Hummingbirds and Hummingbird Feeders
by Chris Uhtoff
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Hummingbirds are almost a magical presence in the garden, like the famous pixie Tinkerbell from Peter Pan. The unusual humming sound of their wings, as they beat up to 200 times per second signals their presence. Often you only catch a glimpse of them as they flash from one area of the yard to the other. If you are one of the many who have not experienced the magic of a hummingbird, don’t worry, hummingbirds can easily be attracted to your yard by providing their basic habitat needs. Variety is the key word. By offering more choices, you increase the chances that a hummingbird will find your yard attractive and will come visit.
The basic needs of hummingbirds include food, water and cover. Hummingbirds are nectar drinking and insect eating birds. Nectar sources can be provided either in feeders or by planting nectar producing flowers. Hummingbird feeders are a great way to provide food to these exciting birds where you can easily observe them. Feeders come in a wide variety of styles. It is important to choose a feeder that can be cleaned easily. The sugar-water solution is highly susceptible to mold, harmful bacteria, or fermentation. If you this occurs, you may be risking the health of your hummer visitors. Before you consider putting one out You must be willing to monitor and clean your feeders. Feeders should be cleaned out at least every five days, more often when the temperature is above 80°F. If you see any discoloration in the water they should be cleaned immediately.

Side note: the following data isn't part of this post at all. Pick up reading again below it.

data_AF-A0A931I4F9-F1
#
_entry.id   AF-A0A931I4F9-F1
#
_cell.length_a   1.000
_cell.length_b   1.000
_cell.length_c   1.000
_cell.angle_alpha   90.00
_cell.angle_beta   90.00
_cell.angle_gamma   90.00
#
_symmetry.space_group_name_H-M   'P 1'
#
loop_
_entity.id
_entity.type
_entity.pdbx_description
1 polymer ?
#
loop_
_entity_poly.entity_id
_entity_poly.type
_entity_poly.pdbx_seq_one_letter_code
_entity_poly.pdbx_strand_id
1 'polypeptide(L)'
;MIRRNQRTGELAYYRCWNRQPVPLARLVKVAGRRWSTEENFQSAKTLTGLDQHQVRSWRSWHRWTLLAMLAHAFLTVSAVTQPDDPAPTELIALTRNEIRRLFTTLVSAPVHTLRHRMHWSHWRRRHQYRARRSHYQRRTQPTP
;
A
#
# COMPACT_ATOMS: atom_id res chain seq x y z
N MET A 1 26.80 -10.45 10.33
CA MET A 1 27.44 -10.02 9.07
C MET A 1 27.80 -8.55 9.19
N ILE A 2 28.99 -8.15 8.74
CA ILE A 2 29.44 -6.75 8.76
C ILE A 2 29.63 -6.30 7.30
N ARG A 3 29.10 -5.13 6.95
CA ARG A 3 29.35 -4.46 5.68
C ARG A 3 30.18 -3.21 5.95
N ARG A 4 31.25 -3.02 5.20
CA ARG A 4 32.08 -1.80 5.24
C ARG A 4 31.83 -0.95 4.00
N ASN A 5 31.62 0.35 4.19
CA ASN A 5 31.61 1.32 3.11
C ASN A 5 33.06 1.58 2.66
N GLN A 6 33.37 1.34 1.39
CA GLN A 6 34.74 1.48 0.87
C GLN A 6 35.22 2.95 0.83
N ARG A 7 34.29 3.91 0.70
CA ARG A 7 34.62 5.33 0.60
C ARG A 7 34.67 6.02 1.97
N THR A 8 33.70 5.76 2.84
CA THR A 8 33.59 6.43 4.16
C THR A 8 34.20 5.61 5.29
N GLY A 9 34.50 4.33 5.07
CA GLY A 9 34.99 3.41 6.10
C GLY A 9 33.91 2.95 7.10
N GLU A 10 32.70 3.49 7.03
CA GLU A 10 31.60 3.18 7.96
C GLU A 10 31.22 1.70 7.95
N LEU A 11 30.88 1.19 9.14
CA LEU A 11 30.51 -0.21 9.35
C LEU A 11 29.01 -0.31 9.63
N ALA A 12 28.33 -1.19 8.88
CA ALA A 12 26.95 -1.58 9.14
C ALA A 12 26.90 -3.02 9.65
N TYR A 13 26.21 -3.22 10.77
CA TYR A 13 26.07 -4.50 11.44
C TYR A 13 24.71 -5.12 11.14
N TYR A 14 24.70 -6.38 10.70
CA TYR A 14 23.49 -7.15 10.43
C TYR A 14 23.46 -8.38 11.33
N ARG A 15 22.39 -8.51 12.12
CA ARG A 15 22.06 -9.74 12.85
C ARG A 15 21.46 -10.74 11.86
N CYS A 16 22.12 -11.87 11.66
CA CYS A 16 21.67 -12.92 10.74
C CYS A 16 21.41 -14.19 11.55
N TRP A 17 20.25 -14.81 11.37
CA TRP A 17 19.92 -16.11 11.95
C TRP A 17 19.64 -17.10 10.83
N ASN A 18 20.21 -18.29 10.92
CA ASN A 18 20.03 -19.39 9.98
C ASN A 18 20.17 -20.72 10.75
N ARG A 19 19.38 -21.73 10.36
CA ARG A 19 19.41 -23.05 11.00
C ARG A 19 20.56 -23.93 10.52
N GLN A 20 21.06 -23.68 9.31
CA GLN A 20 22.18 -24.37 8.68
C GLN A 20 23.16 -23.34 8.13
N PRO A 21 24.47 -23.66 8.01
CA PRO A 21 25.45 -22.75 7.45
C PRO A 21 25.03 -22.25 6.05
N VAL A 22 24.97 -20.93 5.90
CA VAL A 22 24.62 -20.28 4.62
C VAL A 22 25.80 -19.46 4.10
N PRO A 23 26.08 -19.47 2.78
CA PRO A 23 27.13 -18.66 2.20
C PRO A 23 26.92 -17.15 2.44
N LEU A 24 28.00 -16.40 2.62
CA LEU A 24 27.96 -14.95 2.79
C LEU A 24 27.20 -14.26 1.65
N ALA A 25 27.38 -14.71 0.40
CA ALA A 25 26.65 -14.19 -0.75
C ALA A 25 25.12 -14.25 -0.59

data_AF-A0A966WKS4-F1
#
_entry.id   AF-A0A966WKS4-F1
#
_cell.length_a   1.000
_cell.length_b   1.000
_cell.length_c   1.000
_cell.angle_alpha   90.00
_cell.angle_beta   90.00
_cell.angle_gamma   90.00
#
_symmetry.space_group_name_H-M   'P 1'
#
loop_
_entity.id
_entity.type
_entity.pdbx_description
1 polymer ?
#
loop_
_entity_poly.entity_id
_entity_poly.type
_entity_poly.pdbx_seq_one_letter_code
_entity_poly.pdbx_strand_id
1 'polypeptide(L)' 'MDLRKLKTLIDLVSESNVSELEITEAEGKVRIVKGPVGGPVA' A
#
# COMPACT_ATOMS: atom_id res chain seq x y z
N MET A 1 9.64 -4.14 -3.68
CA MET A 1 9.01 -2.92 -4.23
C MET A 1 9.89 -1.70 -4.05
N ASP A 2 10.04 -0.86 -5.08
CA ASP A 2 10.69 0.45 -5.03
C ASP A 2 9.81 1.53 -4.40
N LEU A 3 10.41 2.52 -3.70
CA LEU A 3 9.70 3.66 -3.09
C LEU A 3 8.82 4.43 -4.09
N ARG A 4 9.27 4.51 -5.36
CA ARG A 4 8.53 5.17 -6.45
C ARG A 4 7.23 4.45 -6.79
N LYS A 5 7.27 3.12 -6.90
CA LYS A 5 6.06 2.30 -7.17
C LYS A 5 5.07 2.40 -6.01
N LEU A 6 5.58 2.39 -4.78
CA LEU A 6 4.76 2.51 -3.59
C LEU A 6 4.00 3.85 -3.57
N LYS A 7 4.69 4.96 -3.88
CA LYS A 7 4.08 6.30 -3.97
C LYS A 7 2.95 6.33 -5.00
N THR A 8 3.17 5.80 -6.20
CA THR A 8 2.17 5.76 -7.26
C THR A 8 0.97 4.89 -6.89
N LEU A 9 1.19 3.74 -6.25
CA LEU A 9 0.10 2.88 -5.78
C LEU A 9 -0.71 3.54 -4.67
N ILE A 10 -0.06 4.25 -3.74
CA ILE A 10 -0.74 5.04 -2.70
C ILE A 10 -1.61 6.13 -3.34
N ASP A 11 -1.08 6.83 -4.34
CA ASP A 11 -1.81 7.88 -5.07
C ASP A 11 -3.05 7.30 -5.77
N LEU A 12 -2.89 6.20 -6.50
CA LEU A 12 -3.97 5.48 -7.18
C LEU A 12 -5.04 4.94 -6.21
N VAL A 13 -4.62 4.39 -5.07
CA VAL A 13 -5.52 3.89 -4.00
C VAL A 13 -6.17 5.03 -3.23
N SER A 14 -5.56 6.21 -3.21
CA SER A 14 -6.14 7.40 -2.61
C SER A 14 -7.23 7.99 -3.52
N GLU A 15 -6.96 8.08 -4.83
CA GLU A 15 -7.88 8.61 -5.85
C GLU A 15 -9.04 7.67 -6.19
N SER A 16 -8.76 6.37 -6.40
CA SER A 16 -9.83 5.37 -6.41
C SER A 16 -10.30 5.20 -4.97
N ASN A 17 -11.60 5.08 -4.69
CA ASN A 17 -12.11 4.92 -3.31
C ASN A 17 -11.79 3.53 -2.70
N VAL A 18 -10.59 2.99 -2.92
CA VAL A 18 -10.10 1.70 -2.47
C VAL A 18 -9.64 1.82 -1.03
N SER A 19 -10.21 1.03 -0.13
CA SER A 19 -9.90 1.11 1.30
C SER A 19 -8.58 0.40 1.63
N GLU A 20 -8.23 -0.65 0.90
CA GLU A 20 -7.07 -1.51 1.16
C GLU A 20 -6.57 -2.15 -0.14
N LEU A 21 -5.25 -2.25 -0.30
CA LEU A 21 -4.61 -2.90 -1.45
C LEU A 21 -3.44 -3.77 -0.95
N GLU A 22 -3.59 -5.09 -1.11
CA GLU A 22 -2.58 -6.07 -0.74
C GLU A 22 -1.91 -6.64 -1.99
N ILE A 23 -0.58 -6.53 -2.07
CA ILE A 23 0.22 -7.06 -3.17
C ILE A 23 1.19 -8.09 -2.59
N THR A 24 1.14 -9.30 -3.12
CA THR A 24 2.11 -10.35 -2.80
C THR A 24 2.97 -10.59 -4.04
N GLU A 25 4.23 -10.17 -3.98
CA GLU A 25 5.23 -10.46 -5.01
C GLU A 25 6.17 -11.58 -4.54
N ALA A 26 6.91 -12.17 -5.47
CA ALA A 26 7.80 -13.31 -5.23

When considering a hummingbird feeder look for one that is easy to clean. Saucer style feeders like the Humzinger from Aspects or the Happy 8 from Droll Yankee can be opened completely and can even be put in the dishwasher. With other feeders make sure the base comes apart for complete cleaning. A port brush is great to have on hand for cleaning. Use the same cleaning standards you would for your own utensils.
Choose a feeder with a leak-proof design. leaking feeders can attract ants and bees. Saucer style feeders would only leak if tipped up far on their side. In some bottle feeders such as the Best 1, Schrodt Designs, and others the opening to the bottle is submerged below the feeding area so the water pressure keeps the nectar from leaking or rising above a certain point. These two styles have been the most leak free we have found. Feeders which work by a vacuum can be problematic. In hot weather the airspace created when the nectar level goes down heats and expands which pushes nectar out. The key with these feeders is to make sure the feeder is absolutely filled to the top and there are no air bubbles to weaken the vacuum. The manufacturers of these feeders assure us this will keep leakage to a minimum however they are not feeders we can recommend.